As believers, our corporate and individual journeys might be likened to travel by rail. Our travel agent has planned a glorious, whistle-stop tour, promised to be the trip of a lifetime! By nature, however, most of us are not that adventurous! We can’t resist the temptation to let go of the journey, striving to settle at a destination - eventually letting our passports expire.
Somehow we’ve come to view God as merely the vehicle we use to reach these stops, instead of viewing the journey from God’s perspective. He is the track, the vehicle, and the destination, or as Jesus said, “I am the way and the truth and the life.” (John 14:6 NIV) New life in him begins here and continues on throughout eternity. It is a supernatural destination, always in motion. Throughout the journey, we must pay attention to our conductor and guide as he shows us the sites and tells us when to move on.
Our itinerary is action-packed and leads us to places we would never go on our own, so we must keep with the tour. If we don't, we'll miss important stuff and we’ll likely have to wait until the train comes around again before we can get back on track. Every time we miss a stop, it effects the livelihood of the locals who rely on our visitation to sustain their lives.
To help paint this picture of life on a train, take a look at the post-apocalyptic movie Snow Piercer. The setting for the movie is a high-tech, self-sustaining luxury train - repurposed as a lifeboat for humanity amidst the onset of an ice age. The perpetual train engine, created by a technological genius, was built to circle the world on a specially built track. The whole train, including the lives of the passengers, served as an ordered ecosystem, balanced to maintain itself forever as it powerfully blasted away snow, ice and debris which fell or formed in its way. All worked together for the good. Certainly, this scenario is not a perfect metaphor for life in the Spirit, but it speaks to a needed shift in focus, putting more value upon both the journey and the one who conducts it.
Since life in the Spirit is a supernatural journey, it's helpful to view the train from a supernatural viewpoint. In this reality, the train operates more like the streetcars of San Francisco where passengers board and exit the train while it’s still in motion. Yeah, this is a little risky, but after a while, the passengers get used to grabbing a hold. As believers, this is what we did when we accepted an invitation to the Kingdom. We heard the call of “all aboard,” and grabbed on to this moving train, believing, that somehow, our future lay in holding fast to the promise. Jesus said that those born of the Spirit are to be in motion; they are like the wind. The wind blows where it will. When it blows, it moves and it moves things around. One of the things the wind moves around is sound.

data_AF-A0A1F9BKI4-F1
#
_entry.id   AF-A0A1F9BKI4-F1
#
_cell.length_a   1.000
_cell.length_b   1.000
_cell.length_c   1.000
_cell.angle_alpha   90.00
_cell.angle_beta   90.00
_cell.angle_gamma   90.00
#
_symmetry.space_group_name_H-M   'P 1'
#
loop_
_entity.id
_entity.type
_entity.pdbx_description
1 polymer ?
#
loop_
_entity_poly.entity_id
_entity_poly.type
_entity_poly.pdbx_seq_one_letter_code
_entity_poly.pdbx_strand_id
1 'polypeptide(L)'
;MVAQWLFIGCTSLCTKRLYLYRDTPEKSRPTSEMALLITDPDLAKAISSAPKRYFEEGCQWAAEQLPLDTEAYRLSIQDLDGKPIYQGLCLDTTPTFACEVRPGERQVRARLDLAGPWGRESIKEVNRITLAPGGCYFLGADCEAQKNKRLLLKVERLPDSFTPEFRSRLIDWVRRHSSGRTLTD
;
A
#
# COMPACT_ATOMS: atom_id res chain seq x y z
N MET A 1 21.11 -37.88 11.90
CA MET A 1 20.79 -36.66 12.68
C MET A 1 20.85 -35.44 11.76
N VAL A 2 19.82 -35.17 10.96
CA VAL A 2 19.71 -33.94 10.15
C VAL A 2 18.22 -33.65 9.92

The wind can carry the sound of a distant train whistle, and can rocket that sound straight to our ears and give us advance notice of its arrival. May the wind always be blowing in our direction. That’s just how the New Testament Church operated, but over time, we’ve come to operate our own trains by our own schedules, by what is predictable, and what seems safe. When we do so, the wind is no longer needed as we've already calculated and programmed our own path. In many ways, the church tends to get off track and miss listening for what’s blowing in the wind. Don’t get me wrong, God’s train is definitely goal-driven and runs by a schedule; but this schedule is beyond figuring out - it’s downright unpredictable! At times, this can seem like a deal-breaker for man and can sometimes prompt us to switch tracks that we might return to a place of comfort and comprehension. It’s best, however, to trust the way of the track, even when we can’t see or comprehend the journey.
So where am I going with this metaphor? Only this - we don’t get to choose when the train goes by. If we’re busy doing other things, we can miss the opportunity. The wind seems to be carrying a very distinct whistle to those who have ears to hear; but sometimes, the walls of our stations have become so thick, the sound can’t reach us inside. Oh, and did I mention that this is a cooperative journey? We are both passengers and servants upon this train and it only runs smoothly when we’re all listening to the conductor and are fitly joined together like the workings of the train itself. Each of our talents, abilities, and callings are needed so that together, the train can be focused upon the journey and not upon the stations built along the way.
This concept may be new to many of us, but it’s as old as the engineer himself. This has always been his operating procedure. His trains always run on time, even if we don’t always like the schedule. But as we adapt to this journey we become equipped for the ride. We must be those who have ears to hear what the wind is broadcasting and be ones who become expectant for the train’s arrival. It takes faith to board a moving train, and it takes faith to not know exactly where we're going. But, we’re promised that it doesn’t take so much faith as we might expect. Fortunately, as mentioned previously, we’ve grabbed a hold at least once before. So, next stop…there is no stopping - weren’t you paying attention?